Scherer E.M.,Fred Hutchinson Cancer Research Center |
Smith R.A.,Fred Hutchinson Cancer Research Center |
Simonich C.A.,Fred Hutchinson Cancer Research Center |
Simonich C.A.,University of Washington |
And 6 more authors.
PLoS Pathogens | Year: 2014
Licensed human papillomavirus (HPV) vaccines provide near complete protection against the types of HPV that most commonly cause anogenital and oropharyngeal cancers (HPV 16 and 18) when administered to individuals naive to these types. These vaccines, like most other prophylactic vaccines, appear to protect by generating antibodies. However, almost nothing is known about the immunological memory that forms following HPV vaccination, which is required for long-term immunity. Here, we have identified and isolated HPV 16-specific memory B cells from female adolescents and young women who received the quadrivalent HPV vaccine in the absence of pre-existing immunity, using fluorescently conjugated HPV 16 pseudoviruses to label antigen receptors on the surface of memory B cells. Antibodies cloned and expressed from these singly sorted HPV 16-pseudovirus labeled memory B cells were predominantly IgG (>IgA>IgM), utilized diverse variable genes, and potently neutralized HPV 16 pseudoviruses in vitro despite possessing only average levels of somatic mutation. These findings suggest that the quadrivalent HPV vaccine provides an excellent model for studying the development of B cell memory; and, in the context of what is known about memory B cells elicited by influenza vaccination/infection, HIV-1 infection, or tetanus toxoid vaccination, indicates that extensive somatic hypermutation is not required to achieve potent vaccine-specific neutralizing antibody responses. © 2014 Scherer et al.
Banura C.,Makerere University |
Mirembe F.M.,Makerere University |
Orem J.,Uganda Cancer Institute |
Mbonye A.K.,Ministry of Health |
And 2 more authors.
Infectious Agents and Cancer | Year: 2013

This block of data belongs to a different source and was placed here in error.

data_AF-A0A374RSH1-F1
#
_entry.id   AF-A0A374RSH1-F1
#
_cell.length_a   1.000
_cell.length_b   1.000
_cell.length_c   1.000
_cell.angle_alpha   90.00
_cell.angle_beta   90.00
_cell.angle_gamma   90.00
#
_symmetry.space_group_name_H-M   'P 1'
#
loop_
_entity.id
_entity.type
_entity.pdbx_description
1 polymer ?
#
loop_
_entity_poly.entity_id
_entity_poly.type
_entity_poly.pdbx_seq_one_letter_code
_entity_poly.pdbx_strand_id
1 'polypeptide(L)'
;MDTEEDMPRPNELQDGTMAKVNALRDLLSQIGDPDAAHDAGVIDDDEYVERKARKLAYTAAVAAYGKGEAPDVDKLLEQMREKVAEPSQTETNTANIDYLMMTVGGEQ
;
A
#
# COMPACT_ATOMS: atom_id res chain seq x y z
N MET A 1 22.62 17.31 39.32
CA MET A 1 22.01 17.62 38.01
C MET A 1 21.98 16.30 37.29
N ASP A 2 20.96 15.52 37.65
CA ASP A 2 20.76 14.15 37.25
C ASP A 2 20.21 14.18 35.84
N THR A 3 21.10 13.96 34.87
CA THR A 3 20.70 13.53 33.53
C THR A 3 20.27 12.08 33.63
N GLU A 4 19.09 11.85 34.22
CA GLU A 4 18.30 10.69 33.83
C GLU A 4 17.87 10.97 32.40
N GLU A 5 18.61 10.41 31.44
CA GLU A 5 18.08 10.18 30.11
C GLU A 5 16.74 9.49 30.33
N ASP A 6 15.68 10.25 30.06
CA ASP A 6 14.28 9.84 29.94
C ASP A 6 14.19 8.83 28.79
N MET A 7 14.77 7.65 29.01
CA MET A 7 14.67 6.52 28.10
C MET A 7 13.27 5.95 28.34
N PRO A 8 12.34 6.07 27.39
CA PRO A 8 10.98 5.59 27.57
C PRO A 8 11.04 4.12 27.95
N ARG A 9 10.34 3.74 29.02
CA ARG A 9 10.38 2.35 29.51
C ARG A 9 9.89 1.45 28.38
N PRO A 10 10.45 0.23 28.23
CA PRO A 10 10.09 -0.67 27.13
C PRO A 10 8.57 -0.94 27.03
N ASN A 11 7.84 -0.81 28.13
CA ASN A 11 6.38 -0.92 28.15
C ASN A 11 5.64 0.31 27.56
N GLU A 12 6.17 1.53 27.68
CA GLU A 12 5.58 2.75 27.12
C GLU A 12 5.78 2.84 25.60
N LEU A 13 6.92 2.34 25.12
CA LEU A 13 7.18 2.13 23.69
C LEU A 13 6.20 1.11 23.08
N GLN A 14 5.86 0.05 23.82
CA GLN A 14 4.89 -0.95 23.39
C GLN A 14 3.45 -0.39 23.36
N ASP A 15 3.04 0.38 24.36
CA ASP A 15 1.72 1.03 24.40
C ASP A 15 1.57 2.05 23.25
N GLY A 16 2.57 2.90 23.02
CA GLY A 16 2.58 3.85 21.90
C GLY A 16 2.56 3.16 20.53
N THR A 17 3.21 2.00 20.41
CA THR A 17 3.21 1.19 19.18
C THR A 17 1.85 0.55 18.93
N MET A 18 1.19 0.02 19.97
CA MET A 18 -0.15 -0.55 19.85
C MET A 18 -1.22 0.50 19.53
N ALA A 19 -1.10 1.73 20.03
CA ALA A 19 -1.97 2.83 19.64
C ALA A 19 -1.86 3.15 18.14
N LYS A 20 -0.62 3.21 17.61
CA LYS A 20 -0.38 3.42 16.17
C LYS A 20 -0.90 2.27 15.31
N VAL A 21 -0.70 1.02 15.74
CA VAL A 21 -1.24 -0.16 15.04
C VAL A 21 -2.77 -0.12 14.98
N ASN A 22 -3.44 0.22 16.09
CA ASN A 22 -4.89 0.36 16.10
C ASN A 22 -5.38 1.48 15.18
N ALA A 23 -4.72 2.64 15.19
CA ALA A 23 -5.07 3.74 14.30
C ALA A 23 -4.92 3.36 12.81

Introduction. The quadrivalent HPV vaccine is highly effective in primary prevention of anogenital warts (AGWs). However, there is lack of systematic review in the literature of the epidemiology of AGWs in Sub Saharan Africa (SSA). Objective. To review the prevalence, incidence and risk factors for AGWs in SSA prior to the introduction of HPV vaccination programs. Methods. PubMed/MEDLINE, Africa Index Medicus and HINARI websites were searched for peer reviewed English language published medical literature on AGWs from January 1, 1984 to June 30, 2012. Relevant additional references cited in published papers were also evaluated for inclusion. For inclusion, the article had to meet the following criteria (1) original studies with estimated prevalence and/or incidence rates among men and/or women (2) detailed description of the study population (3) clinical or self-reported diagnosis of AGWs (4) HPV genotyping of histologically confirmed AGWs. The final analysis included 40 studies. Data across different studies were synthesized using descriptive statistics for various subgroups of females and males by geographical area. A meta - analysis of relative risk was conducted for studies that had data reported by HIV status. Results: The prevalence rates of clinical AGWs among sex workers and women with sexually transmitted diseases (STDs) or at high risk of sexually transmitted infection (STIs) range from 3.3% - 10.7% in East, 2.4% - 14.0% in Central and South, and 3.5% - 10.5% in West African regions. Among pregnant women, the prevalence rates range from 0.4% - 3.0% in East, 0.2% - 7.3% in Central and South and 2.9% in West African regions. Among men, the prevalence rates range from 3.5% - 4.5% in East, 4.8% - 6.0% in Central and South and 4.1% to 7.0% in West African regions. In all regions, the prevalence rates were significantly higher among HIV+ than HIV- women with an overall summary relative risk of 1.62 (95% CI: 143-1.82).The incidence rates range from 1.1 - 2.7 per 100 person-years among women and 1.4 per 100 person years among men. Incidence rate was higher among HIV+ (3.0 per 100 person years) and uncircumcised men (1.7 per 100 person-years) than circumcised men (1.3 per 100 person-years).HIV positivity was a risk factor for AGWs among both men and women. Other risk factors in women include presence of abnormal cervical cytology, co-infection with HPV 52, concurrent bacteria vaginoses and genital ulceration. Among men, other risk factors include cigarette smoking and lack of circumcision. Conclusions: AGWs are common among selected populations particularly HIV infected men and women. However, there is need for population-based studies that will guide policies on effective prevention, treatment and control of AGWs. © 2013 Banura et al.; licensee BioMed Central Ltd.l.